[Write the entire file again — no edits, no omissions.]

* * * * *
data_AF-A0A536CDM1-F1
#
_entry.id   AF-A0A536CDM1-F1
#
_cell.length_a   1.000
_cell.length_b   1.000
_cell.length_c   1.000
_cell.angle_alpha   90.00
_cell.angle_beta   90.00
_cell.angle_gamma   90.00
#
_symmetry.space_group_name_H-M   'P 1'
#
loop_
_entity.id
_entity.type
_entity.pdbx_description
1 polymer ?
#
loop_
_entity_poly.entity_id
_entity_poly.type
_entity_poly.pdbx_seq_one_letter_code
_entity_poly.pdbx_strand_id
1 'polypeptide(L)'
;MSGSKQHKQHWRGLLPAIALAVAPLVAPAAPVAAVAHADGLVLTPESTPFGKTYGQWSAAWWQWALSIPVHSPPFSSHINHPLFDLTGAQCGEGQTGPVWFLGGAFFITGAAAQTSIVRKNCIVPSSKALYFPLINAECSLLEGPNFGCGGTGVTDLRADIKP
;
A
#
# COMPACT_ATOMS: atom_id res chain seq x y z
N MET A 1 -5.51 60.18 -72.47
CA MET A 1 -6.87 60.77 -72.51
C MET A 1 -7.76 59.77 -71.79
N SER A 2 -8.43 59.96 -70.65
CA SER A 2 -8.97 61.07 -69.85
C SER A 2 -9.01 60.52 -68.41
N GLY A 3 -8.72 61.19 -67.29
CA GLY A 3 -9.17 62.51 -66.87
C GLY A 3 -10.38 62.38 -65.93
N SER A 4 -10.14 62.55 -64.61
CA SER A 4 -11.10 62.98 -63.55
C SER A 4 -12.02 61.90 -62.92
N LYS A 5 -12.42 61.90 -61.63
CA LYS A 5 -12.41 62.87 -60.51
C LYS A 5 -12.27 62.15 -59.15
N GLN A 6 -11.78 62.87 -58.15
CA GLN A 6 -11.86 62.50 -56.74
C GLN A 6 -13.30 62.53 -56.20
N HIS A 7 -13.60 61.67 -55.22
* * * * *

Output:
data_AF-A0A536CDM1-F1
#
_entry.id   AF-A0A536CDM1-F1
#
_cell.length_a   1.000
_cell.length_b   1.000
_cell.length_c   1.000
_cell.angle_alpha   90.00
_cell.angle_beta   90.00
_cell.angle_gamma   90.00
#
_symmetry.space_group_name_H-M   'P 1'
#
loop_
_entity.id
_entity.type
_entity.pdbx_description
1 polymer ?
#
loop_
_entity_poly.entity_id
_entity_poly.type
_entity_poly.pdbx_seq_one_letter_code
_entity_poly.pdbx_strand_id
1 'polypeptide(L)'
;MSGSKQHKQHWRGLLPAIALAVAPLVAPAAPVAAVAHADGLVLTPESTPFGKTYGQWSAAWWQWALSIPVHSPPFSSHINHPLFDLTGAQCGEGQTGPVWFLGGAFFITGAAAQTSIVRKNCIVPSSKALYFPLINAECSLLEGPNFGCGGTGVTDLRADIKP
;
A
#
# COMPACT_ATOMS: atom_id res chain seq x y z
N MET A 1 -5.51 60.18 -72.47
CA MET A 1 -6.87 60.77 -72.51
C MET A 1 -7.76 59.77 -71.79
N SER A 2 -8.43 59.96 -70.65
CA SER A 2 -8.97 61.07 -69.85
C SER A 2 -9.01 60.52 -68.41
N GLY A 3 -8.72 61.19 -67.29
CA GLY A 3 -9.17 62.51 -66.87
C GLY A 3 -10.38 62.38 -65.93
N SER A 4 -10.14 62.55 -64.61
CA SER A 4 -11.10 62.98 -63.55
C SER A 4 -12.02 61.90 -62.92
N LYS A 5 -12.42 61.90 -61.63
CA LYS A 5 -12.41 62.87 -60.51
C LYS A 5 -12.27 62.15 -59.15
N GLN A 6 -11.78 62.87 -58.15
CA GLN A 6 -11.86 62.50 -56.74
C GLN A 6 -13.30 62.53 -56.20
N HIS A 7 -13.60 61.67 -55.22